After almost three decades, the Chicago attorney who went undercover for the FBI in the Greylord investigation is telling his personal story in a new book.
Terry Hake wore a wire for the feds for three and half years, and then testified against corrupt judges for a decade after that.
Thirty five years after he wore a hidden recording device for the FBI, Terry Hake still remembers how he concealed the microphones and wires under his clothing and placed the recorder itself down near his waist.
“I wore it under my belt, because people tend not to touch you in that area,” said Hake.
Hake was a boyish looking young prosecutor when he quietly complained about the ongoing corruption he witnessed at the criminal courts building at 26th and California. The FBI asked him to wear a wire, and by doing that he helped federal prosecutors document payoffs among clerks, attorneys, police and judges.
In December 1983, then U.S. Attorney Dan Webb announced the first indictments of the Greylord Investigation. Eventually 15 judges were convicted, along with 50 attorneys.
“There were tense moments, occasionally, but, being young and single at the time, I thoroughly enjoyed it,” said Hake.
On Sunday, Hake was anything but undercover. He was up front for a panel discussion with several other authors at the American Bar Association's annual meeting. His new book describes his experience as an FBI mole, including a close call with one of his targets.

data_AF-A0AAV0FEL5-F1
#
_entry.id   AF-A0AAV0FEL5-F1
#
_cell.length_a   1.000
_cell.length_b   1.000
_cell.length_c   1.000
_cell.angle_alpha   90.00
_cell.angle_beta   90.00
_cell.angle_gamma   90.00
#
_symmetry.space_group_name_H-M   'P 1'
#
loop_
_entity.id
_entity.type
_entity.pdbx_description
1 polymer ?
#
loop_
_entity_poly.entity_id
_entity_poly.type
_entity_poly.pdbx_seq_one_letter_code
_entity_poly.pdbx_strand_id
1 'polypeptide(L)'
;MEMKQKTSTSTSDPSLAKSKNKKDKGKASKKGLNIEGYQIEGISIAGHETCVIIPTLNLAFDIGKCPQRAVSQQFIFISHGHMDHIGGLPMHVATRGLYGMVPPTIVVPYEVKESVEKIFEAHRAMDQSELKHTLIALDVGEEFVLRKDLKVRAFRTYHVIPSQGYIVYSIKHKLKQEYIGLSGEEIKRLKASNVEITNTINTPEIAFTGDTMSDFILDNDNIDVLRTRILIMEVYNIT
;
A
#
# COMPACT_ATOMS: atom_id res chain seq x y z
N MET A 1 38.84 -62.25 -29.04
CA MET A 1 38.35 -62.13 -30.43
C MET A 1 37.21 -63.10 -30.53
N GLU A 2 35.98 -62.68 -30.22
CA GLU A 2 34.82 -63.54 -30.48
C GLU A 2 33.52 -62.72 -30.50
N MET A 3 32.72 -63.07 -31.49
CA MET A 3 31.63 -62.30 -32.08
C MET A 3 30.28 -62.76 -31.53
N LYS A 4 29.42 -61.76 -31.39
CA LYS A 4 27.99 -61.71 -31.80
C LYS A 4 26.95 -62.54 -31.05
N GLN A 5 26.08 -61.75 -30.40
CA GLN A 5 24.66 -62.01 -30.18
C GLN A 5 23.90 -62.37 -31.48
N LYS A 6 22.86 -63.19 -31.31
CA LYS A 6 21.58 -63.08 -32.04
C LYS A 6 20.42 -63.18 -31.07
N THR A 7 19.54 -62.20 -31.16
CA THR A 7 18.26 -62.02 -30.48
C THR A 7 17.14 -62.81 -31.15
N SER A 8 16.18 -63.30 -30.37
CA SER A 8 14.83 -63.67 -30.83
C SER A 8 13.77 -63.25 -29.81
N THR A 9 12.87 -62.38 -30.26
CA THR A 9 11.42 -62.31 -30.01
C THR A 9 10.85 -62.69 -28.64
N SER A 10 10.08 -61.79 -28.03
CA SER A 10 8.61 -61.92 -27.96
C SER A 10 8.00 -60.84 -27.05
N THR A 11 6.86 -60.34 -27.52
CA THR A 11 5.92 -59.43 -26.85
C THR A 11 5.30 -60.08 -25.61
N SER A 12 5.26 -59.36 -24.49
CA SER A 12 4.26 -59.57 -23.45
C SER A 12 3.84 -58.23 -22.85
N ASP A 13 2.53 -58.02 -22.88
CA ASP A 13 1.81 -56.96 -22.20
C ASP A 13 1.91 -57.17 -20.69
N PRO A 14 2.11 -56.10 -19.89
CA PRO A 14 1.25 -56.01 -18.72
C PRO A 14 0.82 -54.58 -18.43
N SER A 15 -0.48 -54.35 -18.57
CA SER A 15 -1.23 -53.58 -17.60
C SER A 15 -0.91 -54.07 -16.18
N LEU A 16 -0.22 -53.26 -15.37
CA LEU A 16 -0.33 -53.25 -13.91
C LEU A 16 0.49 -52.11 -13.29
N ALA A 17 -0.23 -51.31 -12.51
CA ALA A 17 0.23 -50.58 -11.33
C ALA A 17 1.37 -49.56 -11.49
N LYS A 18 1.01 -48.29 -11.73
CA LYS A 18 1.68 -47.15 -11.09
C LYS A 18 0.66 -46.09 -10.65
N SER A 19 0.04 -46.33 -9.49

“This attorney puts his hand on my tape recorder, and says to me, 'my god, what do you have on? A gun?' And I convinced him that it was a back brace and that I had thrown my back out. By the end of the day I guess he bought the story because he referred me to his masseuse,” said Hake.
In his book, Hake says his early role as a prosecutor who could be paid off alienated many of his co-workers.
'I might as well have become a leper," he wrote.
“They saw me associating with all these lawyers of questionable reputation, to put it nicely, and they were afraid to associate with me then. One lawyer that I worked with started calling me ‘Terry Take.’”
But he's no longer "Terry Take". After Greylord, he worked for the RTA, the Justice Department, and the Cook County Sheriff. Now he's back as an Assistant Cook County State's attorney in a judicial system that appears to be pretty clean.
Hake says the toughest moments during his undercover role came when he realized he'd have to turn on his closest friend, an attorney who had offered him a bribe. He says he did a lot of soul searching, and then did his job.